Cleanup time

One big challenge of using guest-recorded tracks is that you have no control over their gear, their microphone’s gain or the room they record in. The recording levels may look great, and audio may sound fine on the Skype track; but when you receive each participant’s recording, the volume may be too hot or too low, distracting hack-ground noise may intrude, or the guest may have spent the whole podcast drumming on a desk – a habit the mic faithfully picked up.

At one point I tried to fix the worst of these problems by adjusting GarageBand’s controls and effects plug-ins. But the built0in tools can be a little broad in their abilities, and you won’t find a command that tells GarageBand, “Make sure that every track’s level is about the same, even when someone whispers or shouts.”

For really tough edits, you’ll want to switch from GarageBand to Adobe Audition

For really tough edits, you’ll want to switch from GarageBand to Adobe Audition

When I’m faced with a particularly challenging mix, I turn to Adobe’s $349 Adobe Audition CS6 (go.macworld.com/audition). Audition is specifically designed with audio editing and cleanup, not music, in mind. As such, it contains a lot of solid tools that can help make podcasts sound professional.

One command can balance volume among tracks. Removing constant noise is a matter of first sampling the offending sound and then applying and tweaking a filter to exclude it.

If I have to deal with a Skype track that suffers from poor equalization, I have several controls on hand that can help make the track sound more natural. If a participant lacked a pop-fitter and the recording has loads of plosives, Audition gives you a couple of ways to tackle them. In addition, unlike GarageBand, Audition has a ripple-delete feature. Select a portion of the recording that you want to delete, and then impose the ripple-delete command; at once, the problem audio will vanish, and the content following will automatically appear at the spot where you marked the cut. GarageBand requires several steps to do the same thing.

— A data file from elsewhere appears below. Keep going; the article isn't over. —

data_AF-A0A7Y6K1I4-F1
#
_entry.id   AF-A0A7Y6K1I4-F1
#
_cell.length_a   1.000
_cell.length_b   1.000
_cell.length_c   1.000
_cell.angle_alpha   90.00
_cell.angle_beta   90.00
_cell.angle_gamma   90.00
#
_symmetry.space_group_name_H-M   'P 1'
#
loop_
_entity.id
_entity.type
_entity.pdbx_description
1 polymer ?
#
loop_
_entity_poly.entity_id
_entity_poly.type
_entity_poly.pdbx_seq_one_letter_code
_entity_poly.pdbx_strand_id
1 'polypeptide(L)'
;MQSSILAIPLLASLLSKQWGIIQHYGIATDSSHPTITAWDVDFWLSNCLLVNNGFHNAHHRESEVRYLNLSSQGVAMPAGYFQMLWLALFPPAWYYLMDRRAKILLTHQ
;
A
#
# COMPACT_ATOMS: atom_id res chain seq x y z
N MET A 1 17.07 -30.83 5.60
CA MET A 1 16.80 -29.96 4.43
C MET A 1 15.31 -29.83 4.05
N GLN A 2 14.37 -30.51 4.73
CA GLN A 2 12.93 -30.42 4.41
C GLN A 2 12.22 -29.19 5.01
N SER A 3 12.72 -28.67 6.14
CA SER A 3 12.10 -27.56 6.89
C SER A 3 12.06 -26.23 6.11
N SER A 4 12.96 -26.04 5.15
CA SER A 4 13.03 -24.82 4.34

Export business

After cleaning up the recording’s audio, I export the mix as a single mono track. Then I import the track into a new GarageBand Podcast project.

Why not just export from Audition and be done with the job? The reason is simple: enhanced podcasts. The two basic categories of audio podcasts are audio-only and enhanced. In order to make a include graphics and chapters. Chapters enable listeners to skip to the portions of the podcast they wish to listen to.

If you include three topics in your podcast, for example, listeners can easily skip directly to the chapter (topic) that interests them most. For many podcast listeners, chapters are a welcome courtesy.

Most audio-editing applications are clueless about producing enhanced podcasts but fortunately, GarageBand isn’t. Creating an enhanced podcast takes a bit more time, but it’s time well spent.

After adding the chapters, graphics, music, and podcast information, I choose Share ª Send Podcast to iTunes and then export the podcast as a 64-kbps mono file, which delivers good enough sound quality for a spoken-word podcast while also maintaining a reasonable file size. A script in our content management system takes the podcast, prepares it for streaming and downloading from our site, and sends the iTunes Store the information necessary to enable our podcast subscribers to obtain it there.

When I’ve completed all of those steps, I’m generally ready to start planning the next week’s podcast.